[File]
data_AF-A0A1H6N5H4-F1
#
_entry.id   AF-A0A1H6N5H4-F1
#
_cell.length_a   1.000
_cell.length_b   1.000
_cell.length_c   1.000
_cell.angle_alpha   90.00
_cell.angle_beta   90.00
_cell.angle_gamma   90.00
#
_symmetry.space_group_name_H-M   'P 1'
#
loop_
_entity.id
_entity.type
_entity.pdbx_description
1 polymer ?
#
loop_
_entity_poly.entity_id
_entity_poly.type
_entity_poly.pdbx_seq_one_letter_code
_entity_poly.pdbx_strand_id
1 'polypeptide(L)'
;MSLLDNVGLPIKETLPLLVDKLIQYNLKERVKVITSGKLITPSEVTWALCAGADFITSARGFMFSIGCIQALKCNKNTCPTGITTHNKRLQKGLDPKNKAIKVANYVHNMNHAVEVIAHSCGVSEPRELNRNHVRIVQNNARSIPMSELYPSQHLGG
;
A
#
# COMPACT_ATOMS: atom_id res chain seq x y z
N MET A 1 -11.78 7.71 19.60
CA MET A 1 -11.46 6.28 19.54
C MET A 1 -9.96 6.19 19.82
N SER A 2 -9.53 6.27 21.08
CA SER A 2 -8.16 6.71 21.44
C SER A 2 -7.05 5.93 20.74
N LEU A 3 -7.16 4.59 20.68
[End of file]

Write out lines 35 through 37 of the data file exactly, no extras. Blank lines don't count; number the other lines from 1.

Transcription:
CA SER A 2 -8.16 6.71 21.44
C SER A 2 -7.05 5.93 20.74
N LEU A 3 -7.16 4.59 20.68